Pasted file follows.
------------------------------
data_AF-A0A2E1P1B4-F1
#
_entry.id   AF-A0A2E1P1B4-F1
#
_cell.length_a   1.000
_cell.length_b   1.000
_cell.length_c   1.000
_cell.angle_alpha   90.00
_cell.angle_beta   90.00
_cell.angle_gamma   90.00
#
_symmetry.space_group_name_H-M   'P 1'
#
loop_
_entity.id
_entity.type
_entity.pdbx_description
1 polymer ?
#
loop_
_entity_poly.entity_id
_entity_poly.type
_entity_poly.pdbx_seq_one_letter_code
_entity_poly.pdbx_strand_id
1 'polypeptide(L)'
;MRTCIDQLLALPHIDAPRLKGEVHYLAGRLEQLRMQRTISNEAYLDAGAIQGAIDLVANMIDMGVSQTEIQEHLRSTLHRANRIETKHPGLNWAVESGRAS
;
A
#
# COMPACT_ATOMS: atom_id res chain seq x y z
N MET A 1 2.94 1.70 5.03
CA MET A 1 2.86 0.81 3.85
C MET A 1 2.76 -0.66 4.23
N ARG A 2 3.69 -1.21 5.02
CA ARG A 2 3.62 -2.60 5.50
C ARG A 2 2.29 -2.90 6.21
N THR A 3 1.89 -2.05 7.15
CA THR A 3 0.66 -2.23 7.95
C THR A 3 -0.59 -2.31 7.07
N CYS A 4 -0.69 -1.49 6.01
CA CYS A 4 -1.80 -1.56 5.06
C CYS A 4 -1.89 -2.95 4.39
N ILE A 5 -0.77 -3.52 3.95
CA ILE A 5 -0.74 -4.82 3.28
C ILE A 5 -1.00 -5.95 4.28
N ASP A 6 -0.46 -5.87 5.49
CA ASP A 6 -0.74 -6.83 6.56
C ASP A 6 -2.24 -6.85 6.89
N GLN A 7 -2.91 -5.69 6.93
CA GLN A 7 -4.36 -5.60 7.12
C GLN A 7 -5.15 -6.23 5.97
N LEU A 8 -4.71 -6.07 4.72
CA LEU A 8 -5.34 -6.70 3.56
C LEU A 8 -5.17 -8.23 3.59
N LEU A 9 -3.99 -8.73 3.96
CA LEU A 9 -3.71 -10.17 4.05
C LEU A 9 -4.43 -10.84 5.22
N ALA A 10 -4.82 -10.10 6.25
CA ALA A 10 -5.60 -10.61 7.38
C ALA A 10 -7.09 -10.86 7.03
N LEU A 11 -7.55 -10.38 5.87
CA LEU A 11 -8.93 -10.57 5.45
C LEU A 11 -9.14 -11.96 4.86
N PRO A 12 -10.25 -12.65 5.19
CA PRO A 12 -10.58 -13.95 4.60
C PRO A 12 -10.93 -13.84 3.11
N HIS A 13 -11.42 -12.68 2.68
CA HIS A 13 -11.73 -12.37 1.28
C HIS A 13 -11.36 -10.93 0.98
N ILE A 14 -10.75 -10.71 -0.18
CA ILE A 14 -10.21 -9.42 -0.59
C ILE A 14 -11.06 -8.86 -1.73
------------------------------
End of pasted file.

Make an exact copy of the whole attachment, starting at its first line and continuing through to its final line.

data_AF-A0A2E1P1B4-F1
#
_entry.id   AF-A0A2E1P1B4-F1
#
_cell.length_a   1.000
_cell.length_b   1.000
_cell.length_c   1.000
_cell.angle_alpha   90.00
_cell.angle_beta   90.00
_cell.angle_gamma   90.00
#
_symmetry.space_group_name_H-M   'P 1'
#
loop_
_entity.id
_entity.type
_entity.pdbx_description
1 polymer ?
#
loop_
_entity_poly.entity_id
_entity_poly.type
_entity_poly.pdbx_seq_one_letter_code
_entity_poly.pdbx_strand_id
1 'polypeptide(L)'
;MRTCIDQLLALPHIDAPRLKGEVHYLAGRLEQLRMQRTISNEAYLDAGAIQGAIDLVANMIDMGVSQTEIQEHLRSTLHRANRIETKHPGLNWAVESGRAS
;
A
#
# COMPACT_ATOMS: atom_id res chain seq x y z
N MET A 1 2.94 1.70 5.03
CA MET A 1 2.86 0.81 3.85
C MET A 1 2.76 -0.66 4.23
N ARG A 2 3.69 -1.21 5.02
CA ARG A 2 3.62 -2.60 5.50
C ARG A 2 2.29 -2.90 6.21
N THR A 3 1.89 -2.05 7.15
CA THR A 3 0.66 -2.23 7.95
C THR A 3 -0.59 -2.31 7.07
N CYS A 4 -0.69 -1.49 6.01
CA CYS A 4 -1.80 -1.56 5.06
C CYS A 4 -1.89 -2.95 4.39
N ILE A 5 -0.77 -3.52 3.95
CA ILE A 5 -0.74 -4.82 3.28
C ILE A 5 -1.00 -5.95 4.28
N ASP A 6 -0.46 -5.87 5.49
CA ASP A 6 -0.74 -6.83 6.56
C ASP A 6 -2.24 -6.85 6.89
N GLN A 7 -2.91 -5.69 6.93
CA GLN A 7 -4.36 -5.60 7.12
C GLN A 7 -5.15 -6.23 5.97
N LEU A 8 -4.71 -6.07 4.72
CA LEU A 8 -5.34 -6.70 3.56
C LEU A 8 -5.17 -8.23 3.59
N LEU A 9 -3.99 -8.73 3.96
CA LEU A 9 -3.71 -10.17 4.05
C LEU A 9 -4.43 -10.84 5.22
N ALA A 10 -4.82 -10.10 6.25
CA ALA A 10 -5.60 -10.61 7.38
C ALA A 10 -7.09 -10.86 7.03
N LEU A 11 -7.55 -10.38 5.87
CA LEU A 11 -8.93 -10.57 5.45
C LEU A 11 -9.14 -11.96 4.86
N PRO A 12 -10.25 -12.65 5.19
CA PRO A 12 -10.58 -13.95 4.60
C PRO A 12 -10.93 -13.84 3.11
N HIS A 13 -11.42 -12.68 2.68
CA HIS A 13 -11.73 -12.37 1.28
C HIS A 13 -11.36 -10.93 0.98
N ILE A 14 -10.75 -10.71 -0.18
CA ILE A 14 -10.21 -9.42 -0.59
C ILE A 14 -11.06 -8.86 -1.73